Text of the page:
fb-pixelBrookline health officials to study impacts of retail marijuana on community, youth - The Boston Globe Skip to main content

Brookline health officials to study impacts of retail marijuana on community, youth

Employees (left) wait on customers at New England Treatment Access, Brookline’s first retail pot shop, when it opened in 2019.John Tlumacki/Globe Staff

Brookline’s health department is launching a study to examine whether the legalization of retail marijuana has had any impact on the community, particularly the town’s youth, officials said.

The study’s results will be used by Brookline’s Substance Awareness and Violence Prevention Program and its partners to develop future initiatives to address marijuana use among youth and other community members, according to a town statement.

“There’s been a lot of dialogue and discussion around marijuana ... but I don’t think we truly know the impacts yet,” Sigalle Reiss, Brookline’s director of Public Health & Human Services, said in an interview. “I really want to make sure we use a scientific research-based approach, and really enter this without any biases, because I think that’s the way we’ll get really good data at the end.”

Advertisement



The town’s Health Department has contracted Boston-based Health Resources in Action to conduct the study. The nonprofit provides research, evaluation, strategic planning, and program support services around the country, the statement said.

The study will examine issues like whether there has been any change in the use of marijuana by young people, and if there have been changes in attitudes since Massachusetts voters legalized recreational marijuana in 2016. New England Treatment Access, Brookline’s first retail pot shop, opened in 2019.

Reiss said three retail marijuana shops have opened in Brookline, and a fourth is expected to open soon.

In Massachusetts, only those 21 and older may buy, use, possess, or grow recreational marijuana, according to state law.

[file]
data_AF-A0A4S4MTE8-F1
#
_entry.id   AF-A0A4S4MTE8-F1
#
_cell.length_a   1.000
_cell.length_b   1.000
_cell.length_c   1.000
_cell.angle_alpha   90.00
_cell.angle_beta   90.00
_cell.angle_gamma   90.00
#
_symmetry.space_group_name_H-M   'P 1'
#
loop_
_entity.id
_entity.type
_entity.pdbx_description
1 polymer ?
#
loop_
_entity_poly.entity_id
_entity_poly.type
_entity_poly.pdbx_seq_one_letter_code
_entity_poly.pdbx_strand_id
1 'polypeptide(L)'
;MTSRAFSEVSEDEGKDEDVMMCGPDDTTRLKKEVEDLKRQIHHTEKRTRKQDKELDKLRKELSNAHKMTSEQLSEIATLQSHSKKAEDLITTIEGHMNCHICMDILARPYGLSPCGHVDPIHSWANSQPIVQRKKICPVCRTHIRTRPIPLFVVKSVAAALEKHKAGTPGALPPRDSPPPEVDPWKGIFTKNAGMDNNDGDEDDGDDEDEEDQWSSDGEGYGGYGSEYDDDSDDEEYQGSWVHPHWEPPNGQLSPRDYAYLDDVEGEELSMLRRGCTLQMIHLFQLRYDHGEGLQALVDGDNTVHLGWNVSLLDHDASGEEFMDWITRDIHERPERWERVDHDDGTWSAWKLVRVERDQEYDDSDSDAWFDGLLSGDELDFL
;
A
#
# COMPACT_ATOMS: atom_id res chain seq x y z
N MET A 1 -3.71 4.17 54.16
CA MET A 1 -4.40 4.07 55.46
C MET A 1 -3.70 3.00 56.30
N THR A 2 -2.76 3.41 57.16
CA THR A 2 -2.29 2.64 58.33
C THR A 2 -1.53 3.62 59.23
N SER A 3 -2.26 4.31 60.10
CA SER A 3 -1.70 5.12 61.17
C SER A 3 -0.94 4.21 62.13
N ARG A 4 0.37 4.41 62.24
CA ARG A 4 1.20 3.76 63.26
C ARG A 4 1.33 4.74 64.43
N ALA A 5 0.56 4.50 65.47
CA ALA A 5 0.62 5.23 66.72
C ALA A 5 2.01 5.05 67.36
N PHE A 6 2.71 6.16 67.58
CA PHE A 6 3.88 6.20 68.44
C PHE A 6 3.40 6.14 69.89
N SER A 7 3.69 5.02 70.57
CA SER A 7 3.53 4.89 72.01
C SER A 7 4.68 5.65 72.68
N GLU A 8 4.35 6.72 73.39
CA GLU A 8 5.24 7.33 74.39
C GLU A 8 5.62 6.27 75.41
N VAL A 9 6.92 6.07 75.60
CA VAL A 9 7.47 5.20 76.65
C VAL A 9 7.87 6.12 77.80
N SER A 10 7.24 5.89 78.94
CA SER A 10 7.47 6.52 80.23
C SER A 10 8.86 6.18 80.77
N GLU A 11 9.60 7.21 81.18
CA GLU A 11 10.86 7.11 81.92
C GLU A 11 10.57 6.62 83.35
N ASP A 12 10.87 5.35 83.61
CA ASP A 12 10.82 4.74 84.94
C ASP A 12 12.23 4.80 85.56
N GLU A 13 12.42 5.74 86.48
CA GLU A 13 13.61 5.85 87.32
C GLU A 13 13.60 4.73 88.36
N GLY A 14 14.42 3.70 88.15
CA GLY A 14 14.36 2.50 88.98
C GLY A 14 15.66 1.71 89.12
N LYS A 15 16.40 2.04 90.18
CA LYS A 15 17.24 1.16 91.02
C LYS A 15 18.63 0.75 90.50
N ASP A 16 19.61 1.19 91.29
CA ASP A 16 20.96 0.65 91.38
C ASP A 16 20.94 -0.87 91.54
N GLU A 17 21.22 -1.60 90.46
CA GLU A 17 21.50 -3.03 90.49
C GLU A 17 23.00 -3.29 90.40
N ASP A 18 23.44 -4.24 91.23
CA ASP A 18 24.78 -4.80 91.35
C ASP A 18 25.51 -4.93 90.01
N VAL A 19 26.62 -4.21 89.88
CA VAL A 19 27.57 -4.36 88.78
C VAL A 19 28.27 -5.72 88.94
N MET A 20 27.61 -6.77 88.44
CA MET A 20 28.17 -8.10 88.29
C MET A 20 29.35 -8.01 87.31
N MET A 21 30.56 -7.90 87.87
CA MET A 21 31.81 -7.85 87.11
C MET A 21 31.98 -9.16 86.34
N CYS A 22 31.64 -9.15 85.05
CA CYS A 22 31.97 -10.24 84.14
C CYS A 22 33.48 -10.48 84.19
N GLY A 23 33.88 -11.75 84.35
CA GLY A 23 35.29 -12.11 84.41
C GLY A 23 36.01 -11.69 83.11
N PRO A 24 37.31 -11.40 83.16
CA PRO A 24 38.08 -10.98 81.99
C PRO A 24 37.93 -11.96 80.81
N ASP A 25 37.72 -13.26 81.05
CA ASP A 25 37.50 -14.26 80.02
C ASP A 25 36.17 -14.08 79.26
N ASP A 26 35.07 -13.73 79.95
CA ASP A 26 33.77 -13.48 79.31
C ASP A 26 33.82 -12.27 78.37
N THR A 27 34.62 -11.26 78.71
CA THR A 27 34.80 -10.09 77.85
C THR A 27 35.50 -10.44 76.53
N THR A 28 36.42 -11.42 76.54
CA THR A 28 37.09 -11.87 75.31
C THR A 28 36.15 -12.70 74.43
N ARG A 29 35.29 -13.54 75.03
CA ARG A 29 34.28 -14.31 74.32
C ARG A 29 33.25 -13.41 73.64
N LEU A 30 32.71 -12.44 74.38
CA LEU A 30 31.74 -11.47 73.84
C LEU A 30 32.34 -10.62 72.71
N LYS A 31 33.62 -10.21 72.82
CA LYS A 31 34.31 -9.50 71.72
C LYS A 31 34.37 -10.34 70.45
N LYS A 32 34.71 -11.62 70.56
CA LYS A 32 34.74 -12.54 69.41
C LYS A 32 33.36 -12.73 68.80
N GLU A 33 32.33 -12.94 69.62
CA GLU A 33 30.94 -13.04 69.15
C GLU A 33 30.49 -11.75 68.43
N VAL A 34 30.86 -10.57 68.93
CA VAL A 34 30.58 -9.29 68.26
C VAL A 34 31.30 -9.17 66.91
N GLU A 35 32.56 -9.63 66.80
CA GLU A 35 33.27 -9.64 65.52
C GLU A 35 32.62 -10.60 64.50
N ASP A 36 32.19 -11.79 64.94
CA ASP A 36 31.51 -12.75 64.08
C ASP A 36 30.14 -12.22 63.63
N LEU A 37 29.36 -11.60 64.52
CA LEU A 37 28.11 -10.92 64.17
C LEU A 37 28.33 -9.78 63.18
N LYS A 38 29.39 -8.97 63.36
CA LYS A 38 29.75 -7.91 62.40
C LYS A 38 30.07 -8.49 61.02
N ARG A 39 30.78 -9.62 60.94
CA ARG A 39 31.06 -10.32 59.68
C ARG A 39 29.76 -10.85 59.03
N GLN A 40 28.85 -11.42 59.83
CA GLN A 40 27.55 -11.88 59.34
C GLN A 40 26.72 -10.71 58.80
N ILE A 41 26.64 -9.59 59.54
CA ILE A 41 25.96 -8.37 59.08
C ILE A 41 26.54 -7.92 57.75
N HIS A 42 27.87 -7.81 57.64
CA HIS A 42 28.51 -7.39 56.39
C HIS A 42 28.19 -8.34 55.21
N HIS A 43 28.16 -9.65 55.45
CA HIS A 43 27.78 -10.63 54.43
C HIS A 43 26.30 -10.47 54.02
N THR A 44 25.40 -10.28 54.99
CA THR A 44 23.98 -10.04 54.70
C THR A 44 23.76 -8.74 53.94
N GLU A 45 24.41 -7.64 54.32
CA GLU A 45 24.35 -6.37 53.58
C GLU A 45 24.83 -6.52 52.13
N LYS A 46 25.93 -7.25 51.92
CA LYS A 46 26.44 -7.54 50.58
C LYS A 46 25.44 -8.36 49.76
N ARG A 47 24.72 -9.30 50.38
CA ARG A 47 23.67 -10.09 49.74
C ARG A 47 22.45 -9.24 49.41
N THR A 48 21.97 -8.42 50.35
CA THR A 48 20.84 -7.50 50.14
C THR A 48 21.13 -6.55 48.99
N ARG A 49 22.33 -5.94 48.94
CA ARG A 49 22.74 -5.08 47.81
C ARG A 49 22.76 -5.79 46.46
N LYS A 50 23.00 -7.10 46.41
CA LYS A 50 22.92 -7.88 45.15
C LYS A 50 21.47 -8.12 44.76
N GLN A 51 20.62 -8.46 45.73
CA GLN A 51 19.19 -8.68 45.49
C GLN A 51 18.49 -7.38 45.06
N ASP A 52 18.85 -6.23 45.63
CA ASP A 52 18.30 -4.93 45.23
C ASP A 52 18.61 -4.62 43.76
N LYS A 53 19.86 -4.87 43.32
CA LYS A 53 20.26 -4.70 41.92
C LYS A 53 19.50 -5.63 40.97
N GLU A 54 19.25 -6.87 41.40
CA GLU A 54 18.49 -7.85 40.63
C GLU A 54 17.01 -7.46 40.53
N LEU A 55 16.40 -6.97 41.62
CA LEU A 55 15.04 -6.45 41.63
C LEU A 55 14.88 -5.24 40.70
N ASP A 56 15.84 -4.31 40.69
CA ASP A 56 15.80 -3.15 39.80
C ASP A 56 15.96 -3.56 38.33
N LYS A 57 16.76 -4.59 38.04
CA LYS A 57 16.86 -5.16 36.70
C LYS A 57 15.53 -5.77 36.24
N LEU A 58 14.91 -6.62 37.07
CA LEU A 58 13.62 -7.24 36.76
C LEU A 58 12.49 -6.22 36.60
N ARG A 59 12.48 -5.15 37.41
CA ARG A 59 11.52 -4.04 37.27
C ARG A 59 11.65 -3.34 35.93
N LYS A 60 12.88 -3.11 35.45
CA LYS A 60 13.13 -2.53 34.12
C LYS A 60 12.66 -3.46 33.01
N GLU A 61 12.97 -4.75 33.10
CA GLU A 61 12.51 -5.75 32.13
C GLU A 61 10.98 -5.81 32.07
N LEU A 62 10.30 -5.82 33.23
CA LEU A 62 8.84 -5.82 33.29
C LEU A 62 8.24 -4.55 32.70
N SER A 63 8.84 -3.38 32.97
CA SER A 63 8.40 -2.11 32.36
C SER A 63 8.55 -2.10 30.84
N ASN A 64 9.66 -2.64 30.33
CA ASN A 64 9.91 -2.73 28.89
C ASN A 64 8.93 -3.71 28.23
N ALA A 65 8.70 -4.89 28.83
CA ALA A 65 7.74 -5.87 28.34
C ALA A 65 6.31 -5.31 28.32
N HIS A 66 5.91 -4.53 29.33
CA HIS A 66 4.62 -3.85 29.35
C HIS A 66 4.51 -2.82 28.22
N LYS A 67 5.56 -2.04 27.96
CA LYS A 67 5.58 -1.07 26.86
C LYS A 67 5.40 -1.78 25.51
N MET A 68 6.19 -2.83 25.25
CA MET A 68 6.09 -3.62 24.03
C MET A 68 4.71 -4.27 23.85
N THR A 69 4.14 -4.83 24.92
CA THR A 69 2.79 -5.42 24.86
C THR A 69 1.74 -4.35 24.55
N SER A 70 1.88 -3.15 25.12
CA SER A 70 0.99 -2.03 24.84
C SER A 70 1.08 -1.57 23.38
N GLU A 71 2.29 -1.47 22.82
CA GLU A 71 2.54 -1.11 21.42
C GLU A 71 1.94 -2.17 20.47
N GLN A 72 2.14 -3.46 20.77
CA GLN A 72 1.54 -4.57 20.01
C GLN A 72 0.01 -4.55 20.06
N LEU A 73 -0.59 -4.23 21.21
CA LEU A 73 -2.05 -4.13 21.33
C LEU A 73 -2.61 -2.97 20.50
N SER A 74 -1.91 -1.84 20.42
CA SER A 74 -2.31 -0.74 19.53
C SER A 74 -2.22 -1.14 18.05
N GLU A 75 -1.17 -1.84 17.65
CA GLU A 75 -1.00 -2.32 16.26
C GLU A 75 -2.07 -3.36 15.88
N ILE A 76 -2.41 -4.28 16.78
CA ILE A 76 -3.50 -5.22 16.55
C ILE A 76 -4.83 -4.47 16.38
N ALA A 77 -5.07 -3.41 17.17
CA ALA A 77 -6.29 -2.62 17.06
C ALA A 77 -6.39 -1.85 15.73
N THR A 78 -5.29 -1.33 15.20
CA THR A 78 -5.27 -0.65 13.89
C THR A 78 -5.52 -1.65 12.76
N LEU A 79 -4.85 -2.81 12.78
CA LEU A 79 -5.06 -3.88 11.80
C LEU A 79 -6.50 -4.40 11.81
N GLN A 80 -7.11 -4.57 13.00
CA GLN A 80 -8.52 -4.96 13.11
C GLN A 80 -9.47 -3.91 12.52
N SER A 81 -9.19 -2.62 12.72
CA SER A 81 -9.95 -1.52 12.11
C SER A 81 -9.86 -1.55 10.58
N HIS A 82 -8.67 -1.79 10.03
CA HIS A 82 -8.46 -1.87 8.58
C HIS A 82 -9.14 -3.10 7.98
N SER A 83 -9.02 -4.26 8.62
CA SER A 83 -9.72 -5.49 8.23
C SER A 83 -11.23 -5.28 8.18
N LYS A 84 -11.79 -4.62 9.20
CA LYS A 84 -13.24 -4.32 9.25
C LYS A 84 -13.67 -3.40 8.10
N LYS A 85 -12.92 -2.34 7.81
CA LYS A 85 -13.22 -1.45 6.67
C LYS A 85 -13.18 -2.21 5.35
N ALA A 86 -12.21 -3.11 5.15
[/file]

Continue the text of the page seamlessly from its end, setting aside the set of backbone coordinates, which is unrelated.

The Brookline Health Department also has established a 15-member steering committee to advise the research process. It includes parents, school officials, students, a police representative, a social worker, public health experts, and a representative from New England Treatment Access, according to Reiss, who also serves on the panel.

Advertisement



New England Treatment Access did not respond to requests for comment Monday.

Both Reiss and Dr. Rosemarie Roqué Gordon, a pediatrician who serves on the steering committee and the town’s Advisory Council on Public Health, said the study’s goal is not to advocate for stricter regulations on legal retail sales in the town.

They said retailers in Brookline have been responsible, and are not marketing their products to young people.

“No one in Brookline, including marijuana sellers, wants children and teenagers to use marijuana,” Gordon said in an interview.

The Health Department began the project after the advisory council determined the town needed to take a deeper look at the retail marijuana issue in Brookline, according to Gordon.

The study will look at whether the availability of retail marijuana to adults has changed attitudes toward marijuana and its use. It will conduct focus groups with students, parents, and other stakeholders, and look at how, for example, parents talk about marijuana use with their children.

“Marijuana existed in Brookline and all of our surrounding communities before the dispensaries. So how will this change it?” Gordon said. “We want to know whether there is an impact, and then whether the impact is greater on certain populations, especially children.”

It also will review other available data on attitudes and use of marijuana, including Brookline’s Student Health Survey. Data from 2021 showed a decline in reported marijuana use among the town’s ninth to 12th graders.

In 2021, 11 percent of students reported using marijuana during the month before the survey, down from 17 percent in 2017. Reiss said researchers want to know more about that shift, and are considering whether it was affected by stay-at-home orders during the pandemic.

Advertisement



“One of our hypotheses is that youth weren’t exposed to peer pressure, and to each other, and didn’t have as much access to [marijuana],” Reiss said. “We’re really looking at this data, we’re going [to] see if that continued, or it went up in the other direction.”

Reiss said the study will include a preliminary and final report from Health Resources in Action, and anticipates the work will be completed in July. HRA also will include recommendations to help address public health issues related to marijuana, if any are identified in the report.

“For me, the greatest goal is to understand the landscape [and] where there are areas where we can take action, whether that be with policy or programming, to reduce those risks,” Reiss said. “We know every community has limited resources, and we want to make sure the policies we’re instituting have an effect.”


John Hilliard can be reached at john.hilliard@globe.com.